I'm not sure if Jimmy Galindo, my rock-climbing instructor, meant to be funny when he told me that the sport involved "a steep learning curve," but that line's so good, I'm swiping it.
Indoor rock climbing: It's a lot of fun, but you might say there's a steep learning curve.
How steep? Well, Galindo's Sportrock in Alexandria has walls as high as 40 feet, similar to the other two gyms I visited, Earth Treks in Columbia (44 feet) and Results on Capitol Hill (38 feet). As for a curve, many of those walls have one -- one that bends outward toward the climber, who, several stories up, probably doesn't need an extra challenge.
And make no mistake, rock climbing is a challenge. I have the aching forearms to prove it.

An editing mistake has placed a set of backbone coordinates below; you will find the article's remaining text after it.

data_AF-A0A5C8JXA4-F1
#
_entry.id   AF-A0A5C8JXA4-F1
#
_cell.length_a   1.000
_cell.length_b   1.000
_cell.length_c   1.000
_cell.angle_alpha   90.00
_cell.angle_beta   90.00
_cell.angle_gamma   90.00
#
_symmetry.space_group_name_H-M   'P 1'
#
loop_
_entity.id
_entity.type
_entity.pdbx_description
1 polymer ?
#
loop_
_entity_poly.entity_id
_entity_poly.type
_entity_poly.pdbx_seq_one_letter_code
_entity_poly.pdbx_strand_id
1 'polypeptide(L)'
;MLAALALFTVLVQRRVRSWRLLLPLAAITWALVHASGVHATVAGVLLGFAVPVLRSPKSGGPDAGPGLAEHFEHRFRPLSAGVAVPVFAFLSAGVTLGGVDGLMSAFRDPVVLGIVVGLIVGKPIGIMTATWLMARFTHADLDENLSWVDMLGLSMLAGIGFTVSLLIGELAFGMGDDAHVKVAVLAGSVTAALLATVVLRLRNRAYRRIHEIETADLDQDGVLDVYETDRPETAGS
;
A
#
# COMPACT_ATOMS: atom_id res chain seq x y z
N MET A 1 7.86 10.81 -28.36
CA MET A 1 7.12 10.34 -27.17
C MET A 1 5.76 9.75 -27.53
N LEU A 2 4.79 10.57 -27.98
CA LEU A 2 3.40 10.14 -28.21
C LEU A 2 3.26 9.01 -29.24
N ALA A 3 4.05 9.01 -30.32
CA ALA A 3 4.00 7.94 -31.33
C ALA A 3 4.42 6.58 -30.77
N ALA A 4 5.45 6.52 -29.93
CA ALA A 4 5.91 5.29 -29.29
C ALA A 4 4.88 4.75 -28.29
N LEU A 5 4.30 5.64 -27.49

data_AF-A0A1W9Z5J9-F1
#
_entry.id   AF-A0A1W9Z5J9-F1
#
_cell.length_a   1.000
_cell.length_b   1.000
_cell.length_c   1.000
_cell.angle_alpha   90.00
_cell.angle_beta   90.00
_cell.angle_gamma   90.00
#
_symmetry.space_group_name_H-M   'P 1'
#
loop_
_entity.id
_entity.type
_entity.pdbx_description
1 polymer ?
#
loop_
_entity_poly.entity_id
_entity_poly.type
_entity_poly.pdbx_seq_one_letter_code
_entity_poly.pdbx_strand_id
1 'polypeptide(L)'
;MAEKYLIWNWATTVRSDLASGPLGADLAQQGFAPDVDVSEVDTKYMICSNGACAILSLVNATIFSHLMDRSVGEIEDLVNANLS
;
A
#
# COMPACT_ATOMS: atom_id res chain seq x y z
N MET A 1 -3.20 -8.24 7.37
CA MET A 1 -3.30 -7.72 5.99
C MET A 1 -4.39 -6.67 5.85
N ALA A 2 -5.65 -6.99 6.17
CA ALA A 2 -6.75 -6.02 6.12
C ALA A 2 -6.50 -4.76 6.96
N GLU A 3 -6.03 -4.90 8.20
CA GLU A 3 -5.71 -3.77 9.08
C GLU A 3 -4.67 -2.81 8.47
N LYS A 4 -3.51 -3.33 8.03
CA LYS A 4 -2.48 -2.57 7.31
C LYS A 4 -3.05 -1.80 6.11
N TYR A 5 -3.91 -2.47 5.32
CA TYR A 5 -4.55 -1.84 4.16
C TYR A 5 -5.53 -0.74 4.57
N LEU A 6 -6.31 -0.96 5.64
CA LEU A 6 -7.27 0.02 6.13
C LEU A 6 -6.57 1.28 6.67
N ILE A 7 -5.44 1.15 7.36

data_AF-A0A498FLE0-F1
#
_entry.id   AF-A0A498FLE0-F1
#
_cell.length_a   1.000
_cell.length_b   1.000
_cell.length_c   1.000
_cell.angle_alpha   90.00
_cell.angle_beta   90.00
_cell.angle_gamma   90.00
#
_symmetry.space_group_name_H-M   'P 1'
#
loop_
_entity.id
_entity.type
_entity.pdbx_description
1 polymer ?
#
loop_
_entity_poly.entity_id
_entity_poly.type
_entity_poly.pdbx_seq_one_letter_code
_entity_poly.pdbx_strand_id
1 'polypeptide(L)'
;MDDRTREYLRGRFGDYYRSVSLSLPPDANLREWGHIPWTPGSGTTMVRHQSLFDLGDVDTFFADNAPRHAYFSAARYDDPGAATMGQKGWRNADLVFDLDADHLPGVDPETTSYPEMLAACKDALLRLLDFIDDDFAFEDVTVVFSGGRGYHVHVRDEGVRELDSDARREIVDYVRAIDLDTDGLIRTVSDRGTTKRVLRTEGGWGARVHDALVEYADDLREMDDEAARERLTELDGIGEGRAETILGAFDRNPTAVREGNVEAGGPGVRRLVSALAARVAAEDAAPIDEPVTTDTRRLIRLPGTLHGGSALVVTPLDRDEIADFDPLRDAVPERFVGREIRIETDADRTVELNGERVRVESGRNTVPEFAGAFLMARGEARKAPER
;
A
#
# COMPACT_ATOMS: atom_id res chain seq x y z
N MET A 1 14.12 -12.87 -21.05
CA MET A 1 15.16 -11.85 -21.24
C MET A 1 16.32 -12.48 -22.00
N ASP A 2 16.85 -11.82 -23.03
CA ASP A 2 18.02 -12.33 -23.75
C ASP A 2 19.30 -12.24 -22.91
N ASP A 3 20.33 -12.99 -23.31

But it's not the kind of workout you might think it is. Jim Stiehl, a professor in the sport and exercise science school at the University of Northern Colorado and the co-author of "Climbing Walls: A Complete Guide," says in an e-mail exchange: "Many people who have never tried indoor climbing mistakenly believe that its primary prerequisite is extraordinary upper body strength and, therefore, is the sole province of strong athletes. When climbing, however, technique is often more important than strength."